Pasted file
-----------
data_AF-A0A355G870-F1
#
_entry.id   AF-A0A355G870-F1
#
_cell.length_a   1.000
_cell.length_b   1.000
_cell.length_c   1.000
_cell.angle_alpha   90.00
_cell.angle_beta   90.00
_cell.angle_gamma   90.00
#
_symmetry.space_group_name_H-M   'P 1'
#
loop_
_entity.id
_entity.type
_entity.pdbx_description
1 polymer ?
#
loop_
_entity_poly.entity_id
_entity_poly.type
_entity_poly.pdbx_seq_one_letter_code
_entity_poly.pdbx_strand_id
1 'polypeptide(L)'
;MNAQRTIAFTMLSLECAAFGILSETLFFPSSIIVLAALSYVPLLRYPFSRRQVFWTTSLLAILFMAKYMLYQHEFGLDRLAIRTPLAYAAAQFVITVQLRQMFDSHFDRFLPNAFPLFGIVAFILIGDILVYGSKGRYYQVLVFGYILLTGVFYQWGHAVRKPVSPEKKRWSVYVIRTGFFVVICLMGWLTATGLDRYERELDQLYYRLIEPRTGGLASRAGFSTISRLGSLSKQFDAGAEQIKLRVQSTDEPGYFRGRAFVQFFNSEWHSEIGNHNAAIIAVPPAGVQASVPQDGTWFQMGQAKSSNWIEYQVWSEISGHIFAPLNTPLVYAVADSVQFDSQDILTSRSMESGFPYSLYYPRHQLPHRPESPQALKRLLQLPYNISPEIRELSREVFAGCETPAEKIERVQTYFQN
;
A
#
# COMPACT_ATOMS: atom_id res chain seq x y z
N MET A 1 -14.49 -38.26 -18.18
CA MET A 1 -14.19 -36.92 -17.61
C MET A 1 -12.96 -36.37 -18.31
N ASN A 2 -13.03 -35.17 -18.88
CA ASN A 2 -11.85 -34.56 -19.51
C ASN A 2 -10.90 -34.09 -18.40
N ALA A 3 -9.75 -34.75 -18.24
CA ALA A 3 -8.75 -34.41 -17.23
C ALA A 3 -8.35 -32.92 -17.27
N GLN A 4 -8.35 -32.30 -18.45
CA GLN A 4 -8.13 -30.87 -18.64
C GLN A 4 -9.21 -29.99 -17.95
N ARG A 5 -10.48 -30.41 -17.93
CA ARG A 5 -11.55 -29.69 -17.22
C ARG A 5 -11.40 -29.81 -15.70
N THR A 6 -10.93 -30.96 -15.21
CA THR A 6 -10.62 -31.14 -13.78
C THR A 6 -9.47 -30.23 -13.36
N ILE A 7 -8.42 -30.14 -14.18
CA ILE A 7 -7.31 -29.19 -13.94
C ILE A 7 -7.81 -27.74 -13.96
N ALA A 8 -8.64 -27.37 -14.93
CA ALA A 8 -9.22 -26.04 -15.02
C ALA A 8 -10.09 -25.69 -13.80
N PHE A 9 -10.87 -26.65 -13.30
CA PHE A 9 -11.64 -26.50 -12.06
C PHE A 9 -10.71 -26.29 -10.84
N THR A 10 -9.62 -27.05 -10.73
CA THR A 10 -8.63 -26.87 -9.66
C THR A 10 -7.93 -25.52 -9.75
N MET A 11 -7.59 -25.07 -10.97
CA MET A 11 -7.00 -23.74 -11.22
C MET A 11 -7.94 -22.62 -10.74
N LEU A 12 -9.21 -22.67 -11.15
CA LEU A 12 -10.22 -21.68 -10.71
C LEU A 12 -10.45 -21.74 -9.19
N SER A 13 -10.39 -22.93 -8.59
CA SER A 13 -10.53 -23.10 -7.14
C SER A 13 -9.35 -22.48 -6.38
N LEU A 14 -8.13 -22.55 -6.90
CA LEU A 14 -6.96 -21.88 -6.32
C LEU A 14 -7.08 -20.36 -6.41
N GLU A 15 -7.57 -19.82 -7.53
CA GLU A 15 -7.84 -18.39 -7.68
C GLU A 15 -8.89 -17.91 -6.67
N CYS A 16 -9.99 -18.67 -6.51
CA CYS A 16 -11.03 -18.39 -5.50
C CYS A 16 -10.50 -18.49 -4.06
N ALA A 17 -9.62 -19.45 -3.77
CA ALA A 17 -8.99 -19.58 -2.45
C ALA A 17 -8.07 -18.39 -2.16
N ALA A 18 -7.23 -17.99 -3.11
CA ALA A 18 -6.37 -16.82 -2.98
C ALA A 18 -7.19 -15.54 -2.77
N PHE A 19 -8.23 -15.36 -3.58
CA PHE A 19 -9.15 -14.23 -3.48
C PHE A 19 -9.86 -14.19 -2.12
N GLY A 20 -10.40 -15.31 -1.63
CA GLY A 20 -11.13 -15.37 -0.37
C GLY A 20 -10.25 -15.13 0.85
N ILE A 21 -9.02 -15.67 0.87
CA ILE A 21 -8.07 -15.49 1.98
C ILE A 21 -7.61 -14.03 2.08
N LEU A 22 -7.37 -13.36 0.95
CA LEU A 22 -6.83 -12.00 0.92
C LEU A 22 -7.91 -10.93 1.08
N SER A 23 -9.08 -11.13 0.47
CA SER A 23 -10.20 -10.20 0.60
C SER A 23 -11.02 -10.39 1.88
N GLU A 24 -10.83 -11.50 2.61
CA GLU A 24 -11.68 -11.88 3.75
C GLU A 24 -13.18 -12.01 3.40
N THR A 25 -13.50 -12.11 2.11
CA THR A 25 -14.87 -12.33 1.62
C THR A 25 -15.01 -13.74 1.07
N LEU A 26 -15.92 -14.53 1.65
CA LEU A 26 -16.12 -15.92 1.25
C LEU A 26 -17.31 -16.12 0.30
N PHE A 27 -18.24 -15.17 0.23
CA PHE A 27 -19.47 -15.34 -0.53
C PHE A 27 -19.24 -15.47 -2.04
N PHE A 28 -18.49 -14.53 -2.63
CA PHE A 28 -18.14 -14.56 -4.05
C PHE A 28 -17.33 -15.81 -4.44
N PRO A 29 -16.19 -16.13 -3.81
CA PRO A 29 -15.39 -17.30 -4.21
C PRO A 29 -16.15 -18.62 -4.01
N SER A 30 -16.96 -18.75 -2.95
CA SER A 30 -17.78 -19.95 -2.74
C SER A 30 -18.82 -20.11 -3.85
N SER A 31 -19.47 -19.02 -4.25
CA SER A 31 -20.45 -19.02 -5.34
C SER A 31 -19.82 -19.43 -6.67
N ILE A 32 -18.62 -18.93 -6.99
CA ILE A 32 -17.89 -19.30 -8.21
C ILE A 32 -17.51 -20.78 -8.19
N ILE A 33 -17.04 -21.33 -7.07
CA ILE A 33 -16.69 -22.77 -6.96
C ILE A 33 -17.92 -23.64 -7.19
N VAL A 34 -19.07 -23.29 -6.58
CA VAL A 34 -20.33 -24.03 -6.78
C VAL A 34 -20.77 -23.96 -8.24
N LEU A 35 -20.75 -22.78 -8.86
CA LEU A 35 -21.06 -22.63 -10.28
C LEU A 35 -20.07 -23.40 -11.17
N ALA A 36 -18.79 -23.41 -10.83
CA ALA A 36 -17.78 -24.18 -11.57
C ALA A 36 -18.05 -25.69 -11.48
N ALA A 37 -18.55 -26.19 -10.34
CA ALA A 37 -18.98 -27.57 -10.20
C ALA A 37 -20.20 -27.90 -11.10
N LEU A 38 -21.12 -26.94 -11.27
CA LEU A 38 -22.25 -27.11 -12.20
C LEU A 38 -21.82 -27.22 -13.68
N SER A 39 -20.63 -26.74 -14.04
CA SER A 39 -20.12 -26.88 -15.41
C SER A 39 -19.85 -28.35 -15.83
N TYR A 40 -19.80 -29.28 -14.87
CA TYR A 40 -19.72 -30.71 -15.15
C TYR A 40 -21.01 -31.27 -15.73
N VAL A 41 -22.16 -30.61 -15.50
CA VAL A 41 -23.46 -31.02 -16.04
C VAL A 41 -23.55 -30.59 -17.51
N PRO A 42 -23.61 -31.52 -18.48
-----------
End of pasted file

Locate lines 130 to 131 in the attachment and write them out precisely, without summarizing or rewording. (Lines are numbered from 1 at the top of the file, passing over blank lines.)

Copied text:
N VAL A 34 -19.07 -23.29 -6.58
CA VAL A 34 -20.33 -24.03 -6.78